nice read, i know a lot of dudes in the league and for the most part they are tight with $$. they only splurge when necesarry or when people test them on how much $$ they really have. some times you gotta drop the black card to make somebody feel stupid, other than that guys know whats up and keep it humble

  • G

    my heart bleeds for them. now let me get back to work and earn my modest salary so i can pay off those student loans

  • F.L.A.S.H.

    lol at david lee, yea right, my cousin saw him at the land rover dealership last week

  • That’s what’s up

    David lee was probably trading in his rover for an F-150.

  • next big thing

    how does a guy loose over $100 million in just a year..

  • karizmatic

    It’s messed up but I think it’s indicative of the larger spending habits of people in general. It’s also a good argument for why maybe these guys should stay in college, to get some more education on how to properly utilize money, or maybe this is a service the NBA should provide. The fact of the matter is a lot of these guys might make 8 mil a year or whatever but live like they make 50 mil a year. You walk in their houses and it’s nice and everything but little do you know they don’t own a thing in there. Everything from the TV to the refrigerater to the bentley or whatever outside is financed. Then at the end of their careers when the money stops coming they can’t afford the payments on that stuff anymore. Plus as was already mentioned the money spent on the entourage and family and all that. Hell it even happens to people who don’t make that much. I hate to say it but the next guy I’m looking for about a story like this is AI. I hope he managed his money right.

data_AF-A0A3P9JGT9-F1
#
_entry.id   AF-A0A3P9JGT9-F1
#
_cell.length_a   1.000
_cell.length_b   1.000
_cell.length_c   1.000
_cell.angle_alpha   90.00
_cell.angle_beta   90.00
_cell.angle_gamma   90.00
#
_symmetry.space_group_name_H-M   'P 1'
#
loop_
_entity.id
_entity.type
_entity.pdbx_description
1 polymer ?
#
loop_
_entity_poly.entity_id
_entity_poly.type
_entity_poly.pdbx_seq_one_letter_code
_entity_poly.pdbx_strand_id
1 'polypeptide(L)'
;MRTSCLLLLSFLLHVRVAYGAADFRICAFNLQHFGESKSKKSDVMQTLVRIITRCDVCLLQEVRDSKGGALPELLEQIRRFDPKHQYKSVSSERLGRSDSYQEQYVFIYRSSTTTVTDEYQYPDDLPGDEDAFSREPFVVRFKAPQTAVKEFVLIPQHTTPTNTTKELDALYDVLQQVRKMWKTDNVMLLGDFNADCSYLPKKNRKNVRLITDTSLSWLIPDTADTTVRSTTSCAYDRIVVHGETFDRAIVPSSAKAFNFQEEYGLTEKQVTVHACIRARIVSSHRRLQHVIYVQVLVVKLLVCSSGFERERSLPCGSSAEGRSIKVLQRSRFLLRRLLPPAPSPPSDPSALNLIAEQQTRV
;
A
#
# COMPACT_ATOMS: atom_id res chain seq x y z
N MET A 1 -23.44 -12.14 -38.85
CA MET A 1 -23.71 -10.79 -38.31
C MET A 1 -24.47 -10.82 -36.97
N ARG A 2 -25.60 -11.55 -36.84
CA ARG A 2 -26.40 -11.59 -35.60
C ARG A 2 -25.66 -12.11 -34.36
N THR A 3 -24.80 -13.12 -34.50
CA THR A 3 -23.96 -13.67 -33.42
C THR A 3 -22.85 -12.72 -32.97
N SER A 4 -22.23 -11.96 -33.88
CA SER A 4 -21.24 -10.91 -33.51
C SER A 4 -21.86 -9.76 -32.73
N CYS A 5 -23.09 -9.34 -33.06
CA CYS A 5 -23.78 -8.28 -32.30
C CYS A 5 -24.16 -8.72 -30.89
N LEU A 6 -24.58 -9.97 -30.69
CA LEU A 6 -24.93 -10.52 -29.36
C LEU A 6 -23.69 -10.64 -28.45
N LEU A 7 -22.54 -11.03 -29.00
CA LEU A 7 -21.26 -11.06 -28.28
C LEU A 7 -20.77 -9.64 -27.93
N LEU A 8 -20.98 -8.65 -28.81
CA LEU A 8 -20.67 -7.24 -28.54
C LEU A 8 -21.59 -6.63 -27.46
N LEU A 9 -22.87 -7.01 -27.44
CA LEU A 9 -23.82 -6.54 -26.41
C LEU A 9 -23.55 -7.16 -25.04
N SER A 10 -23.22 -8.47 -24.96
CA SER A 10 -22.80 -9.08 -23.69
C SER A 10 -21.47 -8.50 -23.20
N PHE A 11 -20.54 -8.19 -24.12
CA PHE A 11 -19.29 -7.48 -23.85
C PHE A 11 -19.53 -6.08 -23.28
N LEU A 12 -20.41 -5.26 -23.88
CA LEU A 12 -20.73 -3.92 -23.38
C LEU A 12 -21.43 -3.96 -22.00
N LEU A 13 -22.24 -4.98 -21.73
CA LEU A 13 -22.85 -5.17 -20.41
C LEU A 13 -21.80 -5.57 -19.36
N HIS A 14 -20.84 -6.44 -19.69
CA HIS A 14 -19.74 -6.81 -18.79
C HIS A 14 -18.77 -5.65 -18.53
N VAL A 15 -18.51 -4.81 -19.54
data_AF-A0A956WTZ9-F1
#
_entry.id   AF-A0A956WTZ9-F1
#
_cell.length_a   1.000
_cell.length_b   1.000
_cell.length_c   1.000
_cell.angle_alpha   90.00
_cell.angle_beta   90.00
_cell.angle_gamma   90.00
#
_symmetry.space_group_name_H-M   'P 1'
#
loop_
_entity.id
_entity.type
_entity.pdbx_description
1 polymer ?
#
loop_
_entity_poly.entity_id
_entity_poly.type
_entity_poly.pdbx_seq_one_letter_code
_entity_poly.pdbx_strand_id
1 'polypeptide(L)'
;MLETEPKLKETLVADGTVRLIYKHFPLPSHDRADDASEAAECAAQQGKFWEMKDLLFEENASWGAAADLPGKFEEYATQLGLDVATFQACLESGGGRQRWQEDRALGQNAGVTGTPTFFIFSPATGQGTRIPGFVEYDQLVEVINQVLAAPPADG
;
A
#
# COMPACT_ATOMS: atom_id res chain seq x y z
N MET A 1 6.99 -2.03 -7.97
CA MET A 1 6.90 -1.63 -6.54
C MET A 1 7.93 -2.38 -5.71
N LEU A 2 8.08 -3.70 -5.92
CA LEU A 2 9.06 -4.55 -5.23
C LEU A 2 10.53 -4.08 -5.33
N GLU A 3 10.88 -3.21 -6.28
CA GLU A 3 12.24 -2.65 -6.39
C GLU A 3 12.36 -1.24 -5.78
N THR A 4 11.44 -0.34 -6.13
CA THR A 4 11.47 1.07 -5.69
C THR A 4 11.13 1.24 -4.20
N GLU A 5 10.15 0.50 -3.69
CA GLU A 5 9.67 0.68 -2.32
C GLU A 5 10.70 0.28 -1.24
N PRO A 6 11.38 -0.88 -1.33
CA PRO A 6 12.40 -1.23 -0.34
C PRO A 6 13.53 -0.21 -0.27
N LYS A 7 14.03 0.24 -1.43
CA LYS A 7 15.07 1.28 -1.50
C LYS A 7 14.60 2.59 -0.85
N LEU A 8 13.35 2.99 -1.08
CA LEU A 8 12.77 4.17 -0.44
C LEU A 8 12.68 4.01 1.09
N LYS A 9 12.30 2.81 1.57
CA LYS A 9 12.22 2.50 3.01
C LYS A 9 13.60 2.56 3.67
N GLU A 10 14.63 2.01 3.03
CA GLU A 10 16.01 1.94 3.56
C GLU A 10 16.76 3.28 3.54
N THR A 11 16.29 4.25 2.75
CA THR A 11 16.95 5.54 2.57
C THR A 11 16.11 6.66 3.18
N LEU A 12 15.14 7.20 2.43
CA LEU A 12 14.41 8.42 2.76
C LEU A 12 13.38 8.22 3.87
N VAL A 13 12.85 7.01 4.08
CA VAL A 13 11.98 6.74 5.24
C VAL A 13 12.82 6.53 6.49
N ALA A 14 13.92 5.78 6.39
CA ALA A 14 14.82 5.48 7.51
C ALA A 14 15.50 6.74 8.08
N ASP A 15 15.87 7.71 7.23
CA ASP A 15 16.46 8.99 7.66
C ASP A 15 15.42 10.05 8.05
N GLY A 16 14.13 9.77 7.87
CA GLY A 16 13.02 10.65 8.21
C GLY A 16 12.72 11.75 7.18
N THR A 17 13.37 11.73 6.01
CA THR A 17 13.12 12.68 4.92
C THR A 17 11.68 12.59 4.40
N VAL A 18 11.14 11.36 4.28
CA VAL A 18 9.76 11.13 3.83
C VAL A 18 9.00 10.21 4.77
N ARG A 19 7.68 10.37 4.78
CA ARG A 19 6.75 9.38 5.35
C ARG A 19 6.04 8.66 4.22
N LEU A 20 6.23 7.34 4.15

• Name (required)

    antoine walker aint broke. he could sell his house, get a job playing hoops in italy or russia and still live a lifestyle better than 95% of the worlds population.